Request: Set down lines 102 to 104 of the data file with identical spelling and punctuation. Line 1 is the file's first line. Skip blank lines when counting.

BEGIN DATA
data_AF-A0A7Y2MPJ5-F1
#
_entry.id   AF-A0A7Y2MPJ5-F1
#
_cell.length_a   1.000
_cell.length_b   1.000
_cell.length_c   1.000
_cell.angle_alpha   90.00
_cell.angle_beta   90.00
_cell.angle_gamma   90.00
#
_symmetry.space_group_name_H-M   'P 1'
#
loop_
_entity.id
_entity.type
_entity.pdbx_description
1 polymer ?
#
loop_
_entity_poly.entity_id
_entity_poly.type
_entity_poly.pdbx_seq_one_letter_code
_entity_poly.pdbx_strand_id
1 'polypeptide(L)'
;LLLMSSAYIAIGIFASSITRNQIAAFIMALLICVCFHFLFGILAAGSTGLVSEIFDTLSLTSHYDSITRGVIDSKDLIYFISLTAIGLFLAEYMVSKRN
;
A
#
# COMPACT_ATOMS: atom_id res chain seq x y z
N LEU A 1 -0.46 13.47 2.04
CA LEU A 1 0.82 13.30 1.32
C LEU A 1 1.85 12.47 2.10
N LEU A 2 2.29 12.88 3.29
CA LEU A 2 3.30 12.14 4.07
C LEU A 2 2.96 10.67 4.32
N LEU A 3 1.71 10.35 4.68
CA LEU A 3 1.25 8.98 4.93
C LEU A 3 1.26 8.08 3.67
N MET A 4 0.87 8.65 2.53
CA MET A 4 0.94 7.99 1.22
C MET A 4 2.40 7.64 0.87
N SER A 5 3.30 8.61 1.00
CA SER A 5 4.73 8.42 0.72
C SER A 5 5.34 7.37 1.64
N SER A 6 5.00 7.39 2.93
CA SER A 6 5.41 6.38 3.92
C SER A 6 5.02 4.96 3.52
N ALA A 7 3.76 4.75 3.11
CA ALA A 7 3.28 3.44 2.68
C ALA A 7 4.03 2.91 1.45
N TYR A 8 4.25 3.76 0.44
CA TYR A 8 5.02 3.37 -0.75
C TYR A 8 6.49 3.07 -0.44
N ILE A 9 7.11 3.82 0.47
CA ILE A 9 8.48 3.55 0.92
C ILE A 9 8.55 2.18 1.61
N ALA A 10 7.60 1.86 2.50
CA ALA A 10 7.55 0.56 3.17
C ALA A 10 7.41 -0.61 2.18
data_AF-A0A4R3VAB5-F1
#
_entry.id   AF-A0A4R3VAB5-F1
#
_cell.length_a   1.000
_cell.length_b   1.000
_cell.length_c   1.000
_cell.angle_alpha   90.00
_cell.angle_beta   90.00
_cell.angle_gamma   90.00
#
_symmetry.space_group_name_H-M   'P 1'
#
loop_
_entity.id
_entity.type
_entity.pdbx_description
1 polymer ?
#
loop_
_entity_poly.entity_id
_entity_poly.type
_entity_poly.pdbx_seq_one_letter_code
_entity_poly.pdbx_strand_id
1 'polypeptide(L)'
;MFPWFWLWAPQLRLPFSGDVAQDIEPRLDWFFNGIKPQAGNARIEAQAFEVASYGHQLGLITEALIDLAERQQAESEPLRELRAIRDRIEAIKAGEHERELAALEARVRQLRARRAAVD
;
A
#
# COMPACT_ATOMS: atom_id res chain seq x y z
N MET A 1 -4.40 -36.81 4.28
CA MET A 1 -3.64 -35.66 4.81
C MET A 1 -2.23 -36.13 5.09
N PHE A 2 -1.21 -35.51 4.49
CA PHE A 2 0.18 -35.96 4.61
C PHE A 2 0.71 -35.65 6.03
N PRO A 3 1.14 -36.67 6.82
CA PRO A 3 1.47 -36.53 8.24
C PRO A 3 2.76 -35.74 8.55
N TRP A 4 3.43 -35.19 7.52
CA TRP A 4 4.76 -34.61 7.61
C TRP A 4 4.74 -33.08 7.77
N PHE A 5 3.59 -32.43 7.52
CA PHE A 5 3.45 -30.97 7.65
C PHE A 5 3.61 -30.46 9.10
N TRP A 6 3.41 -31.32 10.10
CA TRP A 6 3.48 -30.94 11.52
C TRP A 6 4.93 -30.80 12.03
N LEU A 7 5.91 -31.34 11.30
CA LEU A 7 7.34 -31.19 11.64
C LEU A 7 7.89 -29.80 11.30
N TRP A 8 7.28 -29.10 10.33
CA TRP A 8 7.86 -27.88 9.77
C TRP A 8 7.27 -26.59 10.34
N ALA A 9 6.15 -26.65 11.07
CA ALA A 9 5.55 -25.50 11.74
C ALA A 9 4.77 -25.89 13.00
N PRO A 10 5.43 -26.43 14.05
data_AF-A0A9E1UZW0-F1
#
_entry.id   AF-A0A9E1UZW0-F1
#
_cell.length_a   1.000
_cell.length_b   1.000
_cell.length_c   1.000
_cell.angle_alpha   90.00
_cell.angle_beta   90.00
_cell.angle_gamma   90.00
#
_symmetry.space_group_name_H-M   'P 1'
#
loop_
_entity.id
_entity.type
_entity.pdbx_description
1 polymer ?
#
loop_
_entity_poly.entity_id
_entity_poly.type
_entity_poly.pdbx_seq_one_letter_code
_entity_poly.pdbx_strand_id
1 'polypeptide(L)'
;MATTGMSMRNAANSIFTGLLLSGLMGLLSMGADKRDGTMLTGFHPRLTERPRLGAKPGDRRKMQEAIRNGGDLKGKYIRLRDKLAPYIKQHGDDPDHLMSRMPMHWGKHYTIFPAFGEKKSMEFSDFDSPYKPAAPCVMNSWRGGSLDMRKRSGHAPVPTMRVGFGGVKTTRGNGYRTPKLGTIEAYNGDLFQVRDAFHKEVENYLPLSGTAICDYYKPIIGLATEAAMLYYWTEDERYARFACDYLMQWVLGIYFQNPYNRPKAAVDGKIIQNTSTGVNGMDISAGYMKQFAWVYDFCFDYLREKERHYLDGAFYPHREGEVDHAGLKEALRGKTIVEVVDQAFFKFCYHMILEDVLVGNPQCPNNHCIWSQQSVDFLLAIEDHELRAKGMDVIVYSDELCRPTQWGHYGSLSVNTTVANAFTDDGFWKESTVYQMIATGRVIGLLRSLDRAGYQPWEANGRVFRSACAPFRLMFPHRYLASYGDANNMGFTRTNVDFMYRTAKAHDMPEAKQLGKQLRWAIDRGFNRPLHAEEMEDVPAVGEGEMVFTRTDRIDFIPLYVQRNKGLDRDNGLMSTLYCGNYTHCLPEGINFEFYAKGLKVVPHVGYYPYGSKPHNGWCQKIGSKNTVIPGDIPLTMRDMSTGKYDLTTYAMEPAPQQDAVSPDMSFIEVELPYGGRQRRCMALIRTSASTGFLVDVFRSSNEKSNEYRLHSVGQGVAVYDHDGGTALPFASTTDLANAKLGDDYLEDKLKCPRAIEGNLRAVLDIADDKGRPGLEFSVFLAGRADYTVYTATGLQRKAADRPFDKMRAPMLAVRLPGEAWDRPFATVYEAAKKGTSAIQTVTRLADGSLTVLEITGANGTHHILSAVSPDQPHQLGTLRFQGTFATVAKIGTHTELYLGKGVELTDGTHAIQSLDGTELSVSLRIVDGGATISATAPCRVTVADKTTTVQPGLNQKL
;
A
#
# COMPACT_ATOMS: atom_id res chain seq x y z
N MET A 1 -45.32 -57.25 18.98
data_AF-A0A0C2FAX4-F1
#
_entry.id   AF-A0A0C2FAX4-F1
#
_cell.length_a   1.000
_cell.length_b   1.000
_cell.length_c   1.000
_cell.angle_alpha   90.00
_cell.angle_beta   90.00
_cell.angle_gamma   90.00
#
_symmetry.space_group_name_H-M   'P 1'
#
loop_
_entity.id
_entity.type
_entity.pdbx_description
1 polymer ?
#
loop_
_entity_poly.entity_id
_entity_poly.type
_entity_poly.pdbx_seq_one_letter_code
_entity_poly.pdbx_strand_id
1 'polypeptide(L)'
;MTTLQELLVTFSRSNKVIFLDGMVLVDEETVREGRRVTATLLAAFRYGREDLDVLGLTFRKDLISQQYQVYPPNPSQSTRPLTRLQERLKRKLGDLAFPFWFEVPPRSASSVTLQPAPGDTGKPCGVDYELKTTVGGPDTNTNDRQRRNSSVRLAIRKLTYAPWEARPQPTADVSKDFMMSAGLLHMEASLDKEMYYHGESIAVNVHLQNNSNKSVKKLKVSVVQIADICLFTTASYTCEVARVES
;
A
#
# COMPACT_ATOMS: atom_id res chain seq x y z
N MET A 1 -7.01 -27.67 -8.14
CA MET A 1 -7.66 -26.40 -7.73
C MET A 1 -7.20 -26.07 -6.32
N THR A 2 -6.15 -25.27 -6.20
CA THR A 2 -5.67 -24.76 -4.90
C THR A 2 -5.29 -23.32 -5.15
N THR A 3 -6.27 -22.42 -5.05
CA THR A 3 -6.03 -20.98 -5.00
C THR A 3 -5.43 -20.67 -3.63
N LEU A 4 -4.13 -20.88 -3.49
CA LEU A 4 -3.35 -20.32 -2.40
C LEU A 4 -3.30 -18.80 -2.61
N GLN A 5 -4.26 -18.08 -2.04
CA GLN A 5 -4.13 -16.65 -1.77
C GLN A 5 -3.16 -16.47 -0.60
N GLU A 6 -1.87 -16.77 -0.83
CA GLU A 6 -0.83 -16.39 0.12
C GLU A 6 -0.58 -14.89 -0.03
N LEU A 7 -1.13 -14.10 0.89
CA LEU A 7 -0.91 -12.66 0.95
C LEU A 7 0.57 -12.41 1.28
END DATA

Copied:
C TRP A 4 4.74 -33.08 7.77
N PHE A 5 3.59 -32.43 7.52
CA PHE A 5 3.45 -30.97 7.65